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The big news today was that China’s GDP contracted -6.8% year on year, which is a far cry from the 15% seen in 2007 and even the recent average of around +6.5% since 2017. If China’s GDP data follows their manufacturing data, we should see GDP back up to more normal readings in H2 of this year, but they are reliant on the rest of the world getting back up on their feet and buying Chinese goods in the very near future. The world supply chain has been shown up for its largest vulnerabilities and just maybe things won’t go back to the recent way of doing things. The anti-China murmurs are getting louder and so much so, Huawei is asking governments to not backing out of the 5G deals that were agreed to late 2019, early 2020. The CSI300 index was up today and the USD/CNY traded lower but still ends the week up, which is keeping the US dollar strong against other major crosses.

The Chinese GDP data does highlight how bad the European countries, UK and USA could also be hit, due to their recent 2-month lockdowns. China got back up and running relatively quickly but the likes of the UK could take longer to get back up to full production again. There is talk of wanting to get back to normal, but the governments have no defined exit strategy from the shutdown. We do know it will be staggered and the announcement from President Trump yesterday of the 3 phases the USA will use could be a template for other countries. Facebook’s CEO Zuckerberg showed how far this may extend when he announced the limiting of mass gatherings of Facebook employees will extend to June 2021, such is the fear of a second wave of shutdowns. EURUSD had traded lower since Tuesdays close but found some bids today from the London session with market analysts’ expectations for the EU inflation data being met. A resumption of traders looking for safe havens meant that the USDJPY, USDCHF were all down as the Risk Off sentiment was reflected in the buying of yen, Swiss franc, euro and Bonds.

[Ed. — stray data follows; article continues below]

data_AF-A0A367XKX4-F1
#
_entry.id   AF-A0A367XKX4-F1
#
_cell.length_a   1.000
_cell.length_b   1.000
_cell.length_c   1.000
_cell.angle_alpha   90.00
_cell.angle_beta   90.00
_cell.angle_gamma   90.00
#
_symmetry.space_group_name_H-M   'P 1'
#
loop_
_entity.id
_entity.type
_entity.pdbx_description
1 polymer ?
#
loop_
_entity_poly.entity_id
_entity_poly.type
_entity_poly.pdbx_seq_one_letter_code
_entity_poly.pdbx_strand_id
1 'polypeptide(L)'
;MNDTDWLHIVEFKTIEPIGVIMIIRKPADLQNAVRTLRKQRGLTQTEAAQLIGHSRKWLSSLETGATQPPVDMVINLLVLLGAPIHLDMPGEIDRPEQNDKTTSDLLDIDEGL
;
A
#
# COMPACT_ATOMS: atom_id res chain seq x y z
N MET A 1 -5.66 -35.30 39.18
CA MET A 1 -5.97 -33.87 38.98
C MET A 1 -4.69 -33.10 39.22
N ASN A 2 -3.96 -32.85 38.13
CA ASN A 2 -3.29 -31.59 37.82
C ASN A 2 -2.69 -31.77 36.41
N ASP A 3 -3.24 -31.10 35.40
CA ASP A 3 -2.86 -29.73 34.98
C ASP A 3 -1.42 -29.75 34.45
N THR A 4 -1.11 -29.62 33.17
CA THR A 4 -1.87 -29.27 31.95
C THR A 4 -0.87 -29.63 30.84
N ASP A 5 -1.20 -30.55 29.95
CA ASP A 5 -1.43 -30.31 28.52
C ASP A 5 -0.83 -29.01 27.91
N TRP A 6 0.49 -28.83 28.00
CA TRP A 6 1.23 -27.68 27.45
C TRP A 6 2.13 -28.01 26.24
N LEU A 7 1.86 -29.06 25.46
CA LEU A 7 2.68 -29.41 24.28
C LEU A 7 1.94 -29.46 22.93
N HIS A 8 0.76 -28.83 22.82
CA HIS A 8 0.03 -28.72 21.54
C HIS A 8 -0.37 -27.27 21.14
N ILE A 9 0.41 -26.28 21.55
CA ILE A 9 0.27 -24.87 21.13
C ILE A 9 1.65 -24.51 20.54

Oil traded lower again today reaching $17.31 as the supply versus demand issue continues. Further extensions of lockdowns and slow restarts to economies is now pushing the lack of demand to the fore and producers will have to come back with larger cuts in production if there is to be any levels of support to the oil complex. Chinas economic downfall was another blow to the oil prices but the increase in builds to inventories as shown earlier this week from the USA data has had the prices of crude on the backfoot all week. USDCAD was unable to capitalise on the moves lower in oil and is carving out a pennant formation for the last month, reflecting the uncertainty around the US dollars ability to move much higher and the expectations that Oil is at the lows.

#Fundamentals #Macro #News


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